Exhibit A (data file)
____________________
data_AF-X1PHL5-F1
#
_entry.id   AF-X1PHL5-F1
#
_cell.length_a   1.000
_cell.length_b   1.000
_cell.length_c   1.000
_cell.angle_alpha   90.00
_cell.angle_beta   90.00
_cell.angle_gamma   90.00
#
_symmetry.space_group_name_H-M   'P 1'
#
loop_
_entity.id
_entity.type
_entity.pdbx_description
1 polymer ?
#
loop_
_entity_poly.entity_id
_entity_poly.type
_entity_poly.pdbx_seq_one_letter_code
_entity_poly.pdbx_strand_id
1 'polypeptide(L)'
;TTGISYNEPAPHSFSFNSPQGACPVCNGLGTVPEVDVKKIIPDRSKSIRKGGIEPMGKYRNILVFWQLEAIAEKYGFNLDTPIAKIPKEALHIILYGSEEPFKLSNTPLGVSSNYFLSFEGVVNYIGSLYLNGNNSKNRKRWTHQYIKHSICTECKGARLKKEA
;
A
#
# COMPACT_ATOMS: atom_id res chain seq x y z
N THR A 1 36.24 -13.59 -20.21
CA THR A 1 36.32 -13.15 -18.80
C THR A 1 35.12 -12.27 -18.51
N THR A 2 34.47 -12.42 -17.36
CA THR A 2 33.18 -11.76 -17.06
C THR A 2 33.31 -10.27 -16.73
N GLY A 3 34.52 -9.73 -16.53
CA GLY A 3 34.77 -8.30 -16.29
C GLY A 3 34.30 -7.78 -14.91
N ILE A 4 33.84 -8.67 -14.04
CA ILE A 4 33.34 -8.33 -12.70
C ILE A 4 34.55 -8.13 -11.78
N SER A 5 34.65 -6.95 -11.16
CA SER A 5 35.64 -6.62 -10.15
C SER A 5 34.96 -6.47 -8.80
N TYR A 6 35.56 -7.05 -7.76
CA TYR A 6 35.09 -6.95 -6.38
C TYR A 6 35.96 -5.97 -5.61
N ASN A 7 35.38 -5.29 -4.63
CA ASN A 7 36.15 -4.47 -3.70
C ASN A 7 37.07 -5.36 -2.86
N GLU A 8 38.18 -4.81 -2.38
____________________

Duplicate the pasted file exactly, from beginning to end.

data_AF-X1PHL5-F1
#
_entry.id   AF-X1PHL5-F1
#
_cell.length_a   1.000
_cell.length_b   1.000
_cell.length_c   1.000
_cell.angle_alpha   90.00
_cell.angle_beta   90.00
_cell.angle_gamma   90.00
#
_symmetry.space_group_name_H-M   'P 1'
#
loop_
_entity.id
_entity.type
_entity.pdbx_description
1 polymer ?
#
loop_
_entity_poly.entity_id
_entity_poly.type
_entity_poly.pdbx_seq_one_letter_code
_entity_poly.pdbx_strand_id
1 'polypeptide(L)'
;TTGISYNEPAPHSFSFNSPQGACPVCNGLGTVPEVDVKKIIPDRSKSIRKGGIEPMGKYRNILVFWQLEAIAEKYGFNLDTPIAKIPKEALHIILYGSEEPFKLSNTPLGVSSNYFLSFEGVVNYIGSLYLNGNNSKNRKRWTHQYIKHSICTECKGARLKKEA
;
A
#
# COMPACT_ATOMS: atom_id res chain seq x y z
N THR A 1 36.24 -13.59 -20.21
CA THR A 1 36.32 -13.15 -18.80
C THR A 1 35.12 -12.27 -18.51
N THR A 2 34.47 -12.42 -17.36
CA THR A 2 33.18 -11.76 -17.06
C THR A 2 33.31 -10.27 -16.73
N GLY A 3 34.52 -9.73 -16.53
CA GLY A 3 34.77 -8.30 -16.29
C GLY A 3 34.30 -7.78 -14.91
N ILE A 4 33.84 -8.67 -14.04
CA ILE A 4 33.34 -8.33 -12.70
C ILE A 4 34.55 -8.13 -11.78
N SER A 5 34.65 -6.95 -11.16
CA SER A 5 35.64 -6.62 -10.15
C SER A 5 34.96 -6.47 -8.80
N TYR A 6 35.56 -7.05 -7.76
CA TYR A 6 35.09 -6.95 -6.38
C TYR A 6 35.96 -5.97 -5.61
N ASN A 7 35.38 -5.29 -4.63
CA ASN A 7 36.15 -4.47 -3.70
C ASN A 7 37.07 -5.36 -2.86
N GLU A 8 38.18 -4.81 -2.38